Texas Real Estate

Home Sales 21 Real Estate Prices

According to recent preliminary figures from the National Association of Realtors (NAR), as of the third quarter of 2004, home prices in the Austin/San Marcos area decreased slightly from $158,800 (second quarter 2004) to $158,700, still the highest among reporting metropolitan areas in Texas.

Following Austin was Dallas with a median sales price of $140,300 and Houston with a median sales price of $137,500. Between the third quarters of 2003 and 2004, Corpus Christi had the largest increase (eight percent) in median sales price, followed by San Antonio with an increase of four percent.

The median sales prices for existing single-family homes in Texas metropolitan areas tabulated by NAR fell below the United States southern region’s average of $170,300 for the second quarter of 2004. Downtown vacancy rates in the Austin and Houston markets increased from the third quarter of 2003 to the third quarter of 2004.

Suburban vacancy rates remained fairly steady during this period in Dallas/Fort Worth and Houston while industrial vacancy rates fluctuated in all three markets. With the exception of suburban Dallas/Fort Worth and industrial Houston, vacancy rates fell in all three metros from the second quarter of 2004 to the third quarter of 2004.


Q: I’m new to Texas… what do I need to do in order to get a Texas driver license?

A: New residents moving into Texas who have a valid driver license from another state, have 30 days after entry into the state to secure a Texas driver license. In addition to testing, all first time original applicants must visit a Texas Driver License office and present the required identification. For more information, see the Texas Department of Public Safety Website.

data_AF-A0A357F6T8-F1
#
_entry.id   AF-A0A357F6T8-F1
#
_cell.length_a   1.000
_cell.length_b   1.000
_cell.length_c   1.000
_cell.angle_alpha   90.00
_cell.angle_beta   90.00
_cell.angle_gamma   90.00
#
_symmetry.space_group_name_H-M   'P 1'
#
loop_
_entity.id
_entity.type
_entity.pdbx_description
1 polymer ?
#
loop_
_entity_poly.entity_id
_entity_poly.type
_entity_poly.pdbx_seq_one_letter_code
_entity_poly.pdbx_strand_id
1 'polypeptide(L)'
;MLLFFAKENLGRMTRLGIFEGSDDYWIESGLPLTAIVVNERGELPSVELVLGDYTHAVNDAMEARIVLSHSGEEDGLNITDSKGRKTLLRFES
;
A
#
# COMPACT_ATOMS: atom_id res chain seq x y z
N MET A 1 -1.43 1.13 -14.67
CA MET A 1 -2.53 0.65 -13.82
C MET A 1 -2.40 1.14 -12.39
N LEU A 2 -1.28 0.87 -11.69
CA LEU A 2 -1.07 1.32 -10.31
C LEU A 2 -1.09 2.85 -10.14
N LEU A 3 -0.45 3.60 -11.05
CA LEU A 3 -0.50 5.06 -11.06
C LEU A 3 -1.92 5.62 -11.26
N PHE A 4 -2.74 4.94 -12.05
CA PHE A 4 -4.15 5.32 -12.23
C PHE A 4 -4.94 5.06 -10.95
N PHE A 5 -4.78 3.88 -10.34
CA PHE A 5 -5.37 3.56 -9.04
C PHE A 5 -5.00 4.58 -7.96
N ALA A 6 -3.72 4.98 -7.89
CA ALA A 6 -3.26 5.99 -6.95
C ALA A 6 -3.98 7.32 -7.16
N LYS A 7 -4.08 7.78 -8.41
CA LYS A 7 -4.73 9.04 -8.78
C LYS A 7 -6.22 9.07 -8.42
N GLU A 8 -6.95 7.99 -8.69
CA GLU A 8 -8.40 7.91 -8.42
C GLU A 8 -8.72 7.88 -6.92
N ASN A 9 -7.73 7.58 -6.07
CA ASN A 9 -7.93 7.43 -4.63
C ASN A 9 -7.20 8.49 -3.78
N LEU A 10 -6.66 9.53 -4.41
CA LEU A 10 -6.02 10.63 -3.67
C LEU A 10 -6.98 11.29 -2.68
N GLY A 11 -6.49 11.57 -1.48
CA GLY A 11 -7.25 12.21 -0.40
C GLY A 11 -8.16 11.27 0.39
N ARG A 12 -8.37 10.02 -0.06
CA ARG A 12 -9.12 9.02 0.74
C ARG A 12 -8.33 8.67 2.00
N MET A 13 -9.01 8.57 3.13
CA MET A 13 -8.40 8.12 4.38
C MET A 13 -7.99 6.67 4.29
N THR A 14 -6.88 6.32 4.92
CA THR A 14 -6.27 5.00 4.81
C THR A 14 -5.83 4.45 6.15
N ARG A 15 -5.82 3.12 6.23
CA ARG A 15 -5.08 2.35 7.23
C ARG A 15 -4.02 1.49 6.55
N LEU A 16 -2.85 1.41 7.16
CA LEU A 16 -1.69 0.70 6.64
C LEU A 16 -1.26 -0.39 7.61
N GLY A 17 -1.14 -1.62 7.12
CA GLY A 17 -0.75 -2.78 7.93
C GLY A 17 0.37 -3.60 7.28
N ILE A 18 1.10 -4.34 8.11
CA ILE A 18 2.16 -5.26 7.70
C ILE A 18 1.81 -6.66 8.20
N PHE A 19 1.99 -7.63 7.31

About Texas

  • Nickname: Lone Star State
  • Capital: Austin
  • Population: 20,851,820 (2000 Census)
  • The 28th State in the Union: Dec. 29, 1845
  • Motto: Friendship
  • Flower: Bluebonnet
  • Bird: Mockingbird
  • Tree: Pecan
  • Gemstone: Blue Topaz
  • Song: Texas, Our Texas
  • Origin of Name: From a Native American word meaning “Friends”

Q: How large is the economy of the State of Texas?

A: If Texas were a nation, its economy would rank as the eighth largest in the world. The Texas gross state product (GSP) is forecast by the Comptroller of Public Accounts to reach $924.55 billion (in current dollars) in 2005.


Texas Trade

In 2004, for the third year in a row, Texas was ranked as the number one state by export revenues. Texas exports for 2004 totaled $117.2 billion, which is $18.3 billion more than 2003 and represents an 18.6 percent increase. Recent Texas exports information indicate strong increases in exports in 2004, with a slight leveling off at year’s end. The state’s top value-added Texas exports in 2004 were Computer & Electronic Products, Chemicals, Machinery (not electrical), Transportation Equipment, and Petroleum & Coal Products.

Texas Personal Income

Metropolitan per capita income varies considerably across the state. Texas’ two largest metro areas, Dallas and Houston, have large concentrations of jobs in financial and business services as well as high-paying manufacturing jobs in electronics, motor vehicles, chemicals, machinery and aerospace. These two metropolitan areas have the highest per capita incomes of any of the state’s metropolitan areas.